Typically when you have policy makers making policy you really want them armed with as much information as possible to make fact-based decisions. But not these two City Councilmembers. No way. Getting advice from the state agency which is going to be determining if our Housing Element is in compliance? What for? And naturally, neither of them explain this inexplicable vote against GETTING INFORMATION.

Perhaps it was because the representative from HCD at the meeting that night said there were five issues in the statute that were “potentially perilous” with A/26. I mean we should have known that Tony Daysog, at least, preferred to be kept in the dark about possible pitfalls. His response to the HCD rep saying he could go into more detail if Tony Daysog wanted him to was a vigorous shake of the head saying, “that’s okay.”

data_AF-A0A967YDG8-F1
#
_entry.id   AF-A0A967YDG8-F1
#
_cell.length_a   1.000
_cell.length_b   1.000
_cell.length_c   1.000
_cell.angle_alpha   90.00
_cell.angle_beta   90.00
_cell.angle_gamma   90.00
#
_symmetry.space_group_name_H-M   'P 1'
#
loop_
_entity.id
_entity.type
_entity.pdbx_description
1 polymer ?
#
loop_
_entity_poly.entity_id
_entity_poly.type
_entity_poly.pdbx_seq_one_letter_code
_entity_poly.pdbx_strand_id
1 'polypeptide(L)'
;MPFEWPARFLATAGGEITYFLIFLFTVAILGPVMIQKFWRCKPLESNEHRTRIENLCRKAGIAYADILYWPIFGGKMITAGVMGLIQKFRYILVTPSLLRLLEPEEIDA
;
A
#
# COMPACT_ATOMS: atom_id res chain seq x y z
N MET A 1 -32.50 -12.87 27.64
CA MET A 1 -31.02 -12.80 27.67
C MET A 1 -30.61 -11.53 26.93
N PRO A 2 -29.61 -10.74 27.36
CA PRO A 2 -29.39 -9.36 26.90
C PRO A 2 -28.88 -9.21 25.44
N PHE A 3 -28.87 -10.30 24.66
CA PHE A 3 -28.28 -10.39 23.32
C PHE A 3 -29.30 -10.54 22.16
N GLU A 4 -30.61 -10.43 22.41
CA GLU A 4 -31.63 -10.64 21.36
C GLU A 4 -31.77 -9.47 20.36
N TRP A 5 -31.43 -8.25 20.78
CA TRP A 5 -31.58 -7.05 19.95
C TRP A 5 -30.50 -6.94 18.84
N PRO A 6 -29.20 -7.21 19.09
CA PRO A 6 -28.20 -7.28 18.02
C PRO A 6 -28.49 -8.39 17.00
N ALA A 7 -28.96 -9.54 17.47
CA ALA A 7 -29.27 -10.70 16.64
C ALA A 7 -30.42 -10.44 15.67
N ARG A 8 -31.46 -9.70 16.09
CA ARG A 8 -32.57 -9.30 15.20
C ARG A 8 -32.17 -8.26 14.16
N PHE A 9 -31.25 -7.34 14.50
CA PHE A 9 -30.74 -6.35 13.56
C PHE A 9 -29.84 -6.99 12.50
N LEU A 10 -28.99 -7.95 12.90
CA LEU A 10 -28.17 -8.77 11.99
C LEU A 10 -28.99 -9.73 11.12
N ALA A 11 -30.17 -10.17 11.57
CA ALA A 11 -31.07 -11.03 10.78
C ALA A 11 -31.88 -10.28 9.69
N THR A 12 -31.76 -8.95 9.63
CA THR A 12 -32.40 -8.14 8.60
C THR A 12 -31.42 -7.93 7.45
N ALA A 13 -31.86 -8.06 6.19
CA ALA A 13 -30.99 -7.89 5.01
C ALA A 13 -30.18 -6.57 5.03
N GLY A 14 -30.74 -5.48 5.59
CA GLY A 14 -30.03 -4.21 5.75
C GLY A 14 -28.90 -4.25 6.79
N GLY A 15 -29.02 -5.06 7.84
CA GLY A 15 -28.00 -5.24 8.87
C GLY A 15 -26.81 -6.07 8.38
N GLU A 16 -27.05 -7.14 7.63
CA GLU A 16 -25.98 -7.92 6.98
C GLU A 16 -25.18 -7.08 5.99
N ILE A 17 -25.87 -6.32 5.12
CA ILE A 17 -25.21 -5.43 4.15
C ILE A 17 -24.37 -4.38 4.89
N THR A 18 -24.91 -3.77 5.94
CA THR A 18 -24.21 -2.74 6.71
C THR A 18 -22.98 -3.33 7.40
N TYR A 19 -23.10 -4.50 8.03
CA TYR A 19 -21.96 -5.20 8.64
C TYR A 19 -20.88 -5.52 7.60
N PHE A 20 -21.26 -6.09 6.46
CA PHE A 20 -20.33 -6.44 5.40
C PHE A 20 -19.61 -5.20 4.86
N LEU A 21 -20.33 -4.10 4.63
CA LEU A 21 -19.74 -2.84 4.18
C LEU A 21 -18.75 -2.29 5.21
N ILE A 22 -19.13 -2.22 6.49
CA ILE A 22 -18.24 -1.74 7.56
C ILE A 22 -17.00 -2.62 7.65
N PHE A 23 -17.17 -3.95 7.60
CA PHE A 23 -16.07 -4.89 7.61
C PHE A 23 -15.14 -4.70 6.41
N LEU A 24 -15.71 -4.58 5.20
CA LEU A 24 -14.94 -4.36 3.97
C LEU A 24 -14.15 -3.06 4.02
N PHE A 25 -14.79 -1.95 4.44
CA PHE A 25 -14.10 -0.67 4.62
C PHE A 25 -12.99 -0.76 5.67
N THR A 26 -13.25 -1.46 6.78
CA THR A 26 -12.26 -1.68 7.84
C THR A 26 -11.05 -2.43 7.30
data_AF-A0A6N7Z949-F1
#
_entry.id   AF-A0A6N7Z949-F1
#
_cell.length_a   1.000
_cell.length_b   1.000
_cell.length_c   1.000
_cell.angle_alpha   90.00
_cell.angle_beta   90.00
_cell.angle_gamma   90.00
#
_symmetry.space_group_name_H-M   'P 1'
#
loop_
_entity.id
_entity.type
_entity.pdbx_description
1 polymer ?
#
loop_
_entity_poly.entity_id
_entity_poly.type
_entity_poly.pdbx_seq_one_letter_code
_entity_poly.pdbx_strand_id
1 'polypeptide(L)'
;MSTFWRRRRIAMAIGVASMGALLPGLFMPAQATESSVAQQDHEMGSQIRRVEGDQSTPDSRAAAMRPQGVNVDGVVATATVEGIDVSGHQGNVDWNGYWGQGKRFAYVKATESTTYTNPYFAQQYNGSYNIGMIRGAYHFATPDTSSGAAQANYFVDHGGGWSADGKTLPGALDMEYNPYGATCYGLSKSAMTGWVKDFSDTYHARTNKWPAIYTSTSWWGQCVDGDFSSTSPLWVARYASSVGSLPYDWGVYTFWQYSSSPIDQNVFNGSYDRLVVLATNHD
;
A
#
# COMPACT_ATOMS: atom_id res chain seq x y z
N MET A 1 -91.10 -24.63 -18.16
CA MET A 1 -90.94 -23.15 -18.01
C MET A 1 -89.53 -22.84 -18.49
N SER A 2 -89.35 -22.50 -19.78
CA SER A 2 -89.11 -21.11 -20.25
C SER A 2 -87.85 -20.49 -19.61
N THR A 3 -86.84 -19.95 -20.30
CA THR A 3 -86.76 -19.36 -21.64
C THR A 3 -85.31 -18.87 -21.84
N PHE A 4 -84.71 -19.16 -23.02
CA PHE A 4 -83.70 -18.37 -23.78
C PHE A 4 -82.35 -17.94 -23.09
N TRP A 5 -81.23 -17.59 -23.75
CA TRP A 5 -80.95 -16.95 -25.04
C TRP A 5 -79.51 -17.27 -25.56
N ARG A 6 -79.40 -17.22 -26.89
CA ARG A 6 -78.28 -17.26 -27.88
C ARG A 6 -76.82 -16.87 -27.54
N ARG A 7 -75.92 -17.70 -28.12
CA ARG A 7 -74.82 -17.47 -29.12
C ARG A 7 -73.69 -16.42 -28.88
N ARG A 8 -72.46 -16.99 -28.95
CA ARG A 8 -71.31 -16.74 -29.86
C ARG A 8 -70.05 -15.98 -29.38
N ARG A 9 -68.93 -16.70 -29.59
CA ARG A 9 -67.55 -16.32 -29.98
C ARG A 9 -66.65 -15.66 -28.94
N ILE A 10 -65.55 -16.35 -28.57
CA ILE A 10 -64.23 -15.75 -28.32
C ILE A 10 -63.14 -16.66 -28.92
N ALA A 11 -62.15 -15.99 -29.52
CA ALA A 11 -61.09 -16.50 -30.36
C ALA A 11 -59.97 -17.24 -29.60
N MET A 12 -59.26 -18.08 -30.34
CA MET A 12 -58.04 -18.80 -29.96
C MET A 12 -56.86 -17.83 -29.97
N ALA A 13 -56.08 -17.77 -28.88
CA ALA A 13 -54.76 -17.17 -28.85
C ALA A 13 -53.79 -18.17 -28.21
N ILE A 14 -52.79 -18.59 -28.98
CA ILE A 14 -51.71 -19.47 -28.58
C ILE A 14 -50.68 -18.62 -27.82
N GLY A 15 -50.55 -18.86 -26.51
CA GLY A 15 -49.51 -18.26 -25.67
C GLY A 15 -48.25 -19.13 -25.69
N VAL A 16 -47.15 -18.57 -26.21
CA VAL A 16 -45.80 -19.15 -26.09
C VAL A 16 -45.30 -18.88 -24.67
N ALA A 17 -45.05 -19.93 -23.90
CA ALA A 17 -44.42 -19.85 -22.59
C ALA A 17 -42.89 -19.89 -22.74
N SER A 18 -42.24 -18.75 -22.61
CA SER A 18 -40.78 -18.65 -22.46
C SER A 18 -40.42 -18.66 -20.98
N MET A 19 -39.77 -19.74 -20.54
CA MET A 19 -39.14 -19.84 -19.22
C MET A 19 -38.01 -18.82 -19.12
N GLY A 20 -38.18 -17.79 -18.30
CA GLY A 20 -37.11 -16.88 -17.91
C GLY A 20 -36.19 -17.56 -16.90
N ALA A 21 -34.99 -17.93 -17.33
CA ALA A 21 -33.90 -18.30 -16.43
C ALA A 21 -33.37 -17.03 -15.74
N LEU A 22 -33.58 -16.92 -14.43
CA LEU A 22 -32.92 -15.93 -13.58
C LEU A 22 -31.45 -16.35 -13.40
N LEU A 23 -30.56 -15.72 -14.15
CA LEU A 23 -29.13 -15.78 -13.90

But wait, those the five “potentially perilous” issues?


February 1, 2021

With this one neat trick

Filed under: Alameda — Tags: — Lauren Do @ 6:01 am

The Encinal Terminals team is smart. Last week they sent out emails regarding tomorrow’s City Council meeting and the overall discussion on the Housing Element. (RELEASE THE CONFIDENTIAL MEMO REGARDING A/26!!!) They wanted to remind people, or just share to begin with for people not really paying much attention that all they want is an itty bitty little Tidelands swap.

Multi-family housing overlay? Done.

Mixed use zoning? Done.

More units? Nope.